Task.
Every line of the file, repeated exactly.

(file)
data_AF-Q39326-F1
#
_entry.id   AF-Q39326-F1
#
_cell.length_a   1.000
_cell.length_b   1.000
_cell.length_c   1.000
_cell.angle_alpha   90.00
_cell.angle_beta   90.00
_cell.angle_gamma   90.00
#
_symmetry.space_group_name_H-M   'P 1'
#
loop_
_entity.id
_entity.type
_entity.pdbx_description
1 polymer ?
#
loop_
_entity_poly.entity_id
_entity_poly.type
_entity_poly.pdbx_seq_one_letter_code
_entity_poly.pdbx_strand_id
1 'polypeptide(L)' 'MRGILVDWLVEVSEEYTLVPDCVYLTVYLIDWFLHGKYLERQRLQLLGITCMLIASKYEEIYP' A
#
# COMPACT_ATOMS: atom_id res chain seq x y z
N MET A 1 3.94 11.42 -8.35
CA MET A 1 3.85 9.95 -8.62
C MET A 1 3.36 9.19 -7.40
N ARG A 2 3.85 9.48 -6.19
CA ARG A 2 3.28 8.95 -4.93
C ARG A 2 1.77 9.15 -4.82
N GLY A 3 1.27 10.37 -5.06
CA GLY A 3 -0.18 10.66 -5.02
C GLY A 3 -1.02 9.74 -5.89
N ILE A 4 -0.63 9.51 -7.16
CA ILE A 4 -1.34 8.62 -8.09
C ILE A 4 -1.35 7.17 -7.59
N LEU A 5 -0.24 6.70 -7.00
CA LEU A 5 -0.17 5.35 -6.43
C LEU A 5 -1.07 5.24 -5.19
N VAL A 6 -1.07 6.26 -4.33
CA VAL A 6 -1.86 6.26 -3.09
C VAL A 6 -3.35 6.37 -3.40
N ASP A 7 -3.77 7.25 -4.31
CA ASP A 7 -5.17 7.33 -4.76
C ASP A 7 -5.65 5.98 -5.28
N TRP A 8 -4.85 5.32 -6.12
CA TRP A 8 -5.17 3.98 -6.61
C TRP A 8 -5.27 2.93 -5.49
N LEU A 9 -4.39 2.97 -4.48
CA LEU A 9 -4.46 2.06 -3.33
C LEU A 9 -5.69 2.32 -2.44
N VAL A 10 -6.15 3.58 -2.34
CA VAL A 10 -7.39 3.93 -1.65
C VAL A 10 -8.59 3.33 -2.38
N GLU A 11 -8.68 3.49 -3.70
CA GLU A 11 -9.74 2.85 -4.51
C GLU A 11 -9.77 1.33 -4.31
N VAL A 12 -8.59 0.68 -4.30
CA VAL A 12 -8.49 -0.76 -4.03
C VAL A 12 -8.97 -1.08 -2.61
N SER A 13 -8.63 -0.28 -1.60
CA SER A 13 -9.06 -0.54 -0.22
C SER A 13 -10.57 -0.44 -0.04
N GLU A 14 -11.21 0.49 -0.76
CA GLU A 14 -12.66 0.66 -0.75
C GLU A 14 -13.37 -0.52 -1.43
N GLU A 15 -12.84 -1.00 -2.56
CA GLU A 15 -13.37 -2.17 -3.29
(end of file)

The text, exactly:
data_AF-Q39326-F1
#
_entry.id   AF-Q39326-F1
#
_cell.length_a   1.000
_cell.length_b   1.000
_cell.length_c   1.000
_cell.angle_alpha   90.00
_cell.angle_beta   90.00
_cell.angle_gamma   90.00
#
_symmetry.space_group_name_H-M   'P 1'
#
loop_
_entity.id
_entity.type
_entity.pdbx_description
1 polymer ?
#
loop_
_entity_poly.entity_id
_entity_poly.type
_entity_poly.pdbx_seq_one_letter_code
_entity_poly.pdbx_strand_id
1 'polypeptide(L)' 'MRGILVDWLVEVSEEYTLVPDCVYLTVYLIDWFLHGKYLERQRLQLLGITCMLIASKYEEIYP' A
#
# COMPACT_ATOMS: atom_id res chain seq x y z
N MET A 1 3.94 11.42 -8.35
CA MET A 1 3.85 9.95 -8.62
C MET A 1 3.36 9.19 -7.40
N ARG A 2 3.85 9.48 -6.19
CA ARG A 2 3.28 8.95 -4.93
C ARG A 2 1.77 9.15 -4.82
N GLY A 3 1.27 10.37 -5.06
CA GLY A 3 -0.18 10.66 -5.02
C GLY A 3 -1.02 9.74 -5.89
N ILE A 4 -0.63 9.51 -7.16
CA ILE A 4 -1.34 8.62 -8.09
C ILE A 4 -1.35 7.17 -7.59
N LEU A 5 -0.24 6.70 -7.00
CA LEU A 5 -0.17 5.35 -6.43
C LEU A 5 -1.07 5.24 -5.19
N VAL A 6 -1.07 6.26 -4.33
CA VAL A 6 -1.86 6.26 -3.09
C VAL A 6 -3.35 6.37 -3.40
N ASP A 7 -3.77 7.25 -4.31
CA ASP A 7 -5.17 7.33 -4.76
C ASP A 7 -5.65 5.98 -5.28
N TRP A 8 -4.85 5.32 -6.12
CA TRP A 8 -5.17 3.98 -6.61
C TRP A 8 -5.27 2.93 -5.49
N LEU A 9 -4.39 2.97 -4.48
CA LEU A 9 -4.46 2.06 -3.33
C LEU A 9 -5.69 2.32 -2.44
N VAL A 10 -6.15 3.58 -2.34
CA VAL A 10 -7.39 3.93 -1.65
C VAL A 10 -8.59 3.33 -2.38
N GLU A 11 -8.68 3.49 -3.70
CA GLU A 11 -9.74 2.85 -4.51
C GLU A 11 -9.77 1.33 -4.31
N VAL A 12 -8.59 0.68 -4.30
CA VAL A 12 -8.49 -0.76 -4.03
C VAL A 12 -8.97 -1.08 -2.61
N SER A 13 -8.63 -0.28 -1.60
CA SER A 13 -9.06 -0.54 -0.22
C SER A 13 -10.57 -0.44 -0.04
N GLU A 14 -11.21 0.49 -0.76
CA GLU A 14 -12.66 0.66 -0.75
C GLU A 14 -13.37 -0.52 -1.43
N GLU A 15 -12.84 -1.00 -2.56
CA GLU A 15 -13.37 -2.17 -3.29